He says making the podcast made him think about many questions: "How, as you develop the campus as a physical space, do you make allowances for nature? How do built and unbuilt spaces connect? And as we plan new buildings, how can we draw attention to what's here?" He chuckles. "Students shouldn't have to go on vacation to see and identify a scrub jay."

Kennedy and his cohorts began making the podcast tour series after receiving a $12,000 grant from the Stanford Institute for Creativity and the Arts, hoping to make a series of 10 walking loops that would appeal to students, faculty, staff and visitors. So far, one hour-length loop is available for download at birds.stanford.edu, with two more recorded and awaiting editing.

The group is seeking more funding for the other walks — making the first three proved to be quite an involved endeavor.

At first, they thought Kennedy would do all the speaking, but then decided to have him be the main narrator, with other Stanford voices woven in.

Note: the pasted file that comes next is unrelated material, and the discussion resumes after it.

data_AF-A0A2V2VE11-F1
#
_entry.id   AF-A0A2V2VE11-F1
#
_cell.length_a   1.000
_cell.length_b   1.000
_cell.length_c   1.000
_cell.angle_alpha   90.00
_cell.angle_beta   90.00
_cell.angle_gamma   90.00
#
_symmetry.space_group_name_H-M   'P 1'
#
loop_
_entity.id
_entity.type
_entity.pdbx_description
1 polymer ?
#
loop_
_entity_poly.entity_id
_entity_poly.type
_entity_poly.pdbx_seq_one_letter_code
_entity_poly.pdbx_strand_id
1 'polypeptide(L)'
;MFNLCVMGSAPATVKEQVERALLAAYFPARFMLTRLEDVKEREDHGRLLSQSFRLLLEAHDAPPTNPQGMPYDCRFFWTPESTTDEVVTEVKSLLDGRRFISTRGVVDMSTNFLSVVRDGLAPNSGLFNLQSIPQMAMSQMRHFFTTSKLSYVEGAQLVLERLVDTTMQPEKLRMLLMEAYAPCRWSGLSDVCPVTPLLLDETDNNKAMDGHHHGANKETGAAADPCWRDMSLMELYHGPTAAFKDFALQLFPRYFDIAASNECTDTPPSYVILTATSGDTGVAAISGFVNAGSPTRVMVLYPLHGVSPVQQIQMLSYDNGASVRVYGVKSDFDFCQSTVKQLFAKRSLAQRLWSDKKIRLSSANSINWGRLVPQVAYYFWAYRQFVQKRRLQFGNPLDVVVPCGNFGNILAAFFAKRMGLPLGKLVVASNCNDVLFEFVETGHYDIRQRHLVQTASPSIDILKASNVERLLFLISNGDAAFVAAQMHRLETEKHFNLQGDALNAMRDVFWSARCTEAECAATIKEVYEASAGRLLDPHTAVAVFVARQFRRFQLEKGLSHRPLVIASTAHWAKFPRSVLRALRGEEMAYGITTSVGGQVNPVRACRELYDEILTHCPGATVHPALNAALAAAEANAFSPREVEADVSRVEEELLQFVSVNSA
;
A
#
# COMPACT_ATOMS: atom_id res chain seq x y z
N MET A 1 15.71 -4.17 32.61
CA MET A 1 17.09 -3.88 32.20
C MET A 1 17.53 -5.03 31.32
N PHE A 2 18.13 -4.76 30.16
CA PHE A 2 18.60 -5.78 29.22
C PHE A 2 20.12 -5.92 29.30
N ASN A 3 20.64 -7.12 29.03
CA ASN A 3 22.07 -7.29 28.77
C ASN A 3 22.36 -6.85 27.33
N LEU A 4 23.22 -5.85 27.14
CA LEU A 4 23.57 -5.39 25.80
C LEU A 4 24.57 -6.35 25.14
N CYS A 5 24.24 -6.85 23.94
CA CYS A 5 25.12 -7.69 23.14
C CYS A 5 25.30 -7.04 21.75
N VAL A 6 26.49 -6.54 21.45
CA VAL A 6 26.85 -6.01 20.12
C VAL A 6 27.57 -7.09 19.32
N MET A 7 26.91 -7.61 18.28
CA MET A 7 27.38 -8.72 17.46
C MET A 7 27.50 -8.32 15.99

"One person can't talk all that long," Wheye says, laughing.

One podcast also isn't recorded at a single go. The group walked the tours several times, covering lots of ground. Loop 2, for instance, includes the New Guinea Sculpture Garden and Kennedy Grove, while loop 3 focuses on Lake Lagunita. (The completed walk that's online is actually loop 7 — the creators went a little out of order.)

Then the group had recording sessions in Kennedy's office and other quiet places so voices could be clearly heard. Other sounds, such as birdsong and mosquito and bat noises, got blended in later. Wheye has been the main editor, donating much of her time.

"I was amazed at how much I learned, and I've been here since 1960," Kennedy says.